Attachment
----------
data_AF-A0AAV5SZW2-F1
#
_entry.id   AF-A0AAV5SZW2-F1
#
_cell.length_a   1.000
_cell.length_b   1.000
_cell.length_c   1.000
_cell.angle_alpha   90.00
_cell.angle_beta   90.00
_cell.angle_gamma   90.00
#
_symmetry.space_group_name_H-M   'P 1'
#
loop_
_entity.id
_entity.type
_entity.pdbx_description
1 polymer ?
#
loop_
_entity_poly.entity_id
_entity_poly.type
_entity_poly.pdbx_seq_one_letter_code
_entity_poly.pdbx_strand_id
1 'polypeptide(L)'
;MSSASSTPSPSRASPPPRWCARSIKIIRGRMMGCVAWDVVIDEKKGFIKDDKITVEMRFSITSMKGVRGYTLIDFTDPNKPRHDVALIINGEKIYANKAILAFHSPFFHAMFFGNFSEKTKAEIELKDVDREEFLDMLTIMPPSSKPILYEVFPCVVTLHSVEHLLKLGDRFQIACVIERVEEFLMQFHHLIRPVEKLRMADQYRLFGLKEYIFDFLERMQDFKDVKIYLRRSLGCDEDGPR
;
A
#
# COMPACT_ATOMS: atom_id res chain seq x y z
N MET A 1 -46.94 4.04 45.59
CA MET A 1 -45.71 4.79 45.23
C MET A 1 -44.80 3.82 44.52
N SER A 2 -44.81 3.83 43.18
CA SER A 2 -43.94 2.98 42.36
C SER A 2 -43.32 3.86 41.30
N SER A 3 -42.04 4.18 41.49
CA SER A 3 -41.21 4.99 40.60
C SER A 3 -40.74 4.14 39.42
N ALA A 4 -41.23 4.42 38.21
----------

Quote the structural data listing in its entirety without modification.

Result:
data_AF-A0AAV5SZW2-F1
#
_entry.id   AF-A0AAV5SZW2-F1
#
_cell.length_a   1.000
_cell.length_b   1.000
_cell.length_c   1.000
_cell.angle_alpha   90.00
_cell.angle_beta   90.00
_cell.angle_gamma   90.00
#
_symmetry.space_group_name_H-M   'P 1'
#
loop_
_entity.id
_entity.type
_entity.pdbx_description
1 polymer ?
#
loop_
_entity_poly.entity_id
_entity_poly.type
_entity_poly.pdbx_seq_one_letter_code
_entity_poly.pdbx_strand_id
1 'polypeptide(L)'
;MSSASSTPSPSRASPPPRWCARSIKIIRGRMMGCVAWDVVIDEKKGFIKDDKITVEMRFSITSMKGVRGYTLIDFTDPNKPRHDVALIINGEKIYANKAILAFHSPFFHAMFFGNFSEKTKAEIELKDVDREEFLDMLTIMPPSSKPILYEVFPCVVTLHSVEHLLKLGDRFQIACVIERVEEFLMQFHHLIRPVEKLRMADQYRLFGLKEYIFDFLERMQDFKDVKIYLRRSLGCDEDGPR
;
A
#
# COMPACT_ATOMS: atom_id res chain seq x y z
N MET A 1 -46.94 4.04 45.59
CA MET A 1 -45.71 4.79 45.23
C MET A 1 -44.80 3.82 44.52
N SER A 2 -44.81 3.83 43.18
CA SER A 2 -43.94 2.98 42.36
C SER A 2 -43.32 3.86 41.30
N SER A 3 -42.04 4.18 41.49
CA SER A 3 -41.21 4.99 40.60
C SER A 3 -40.74 4.14 39.42
N ALA A 4 -41.23 4.42 38.21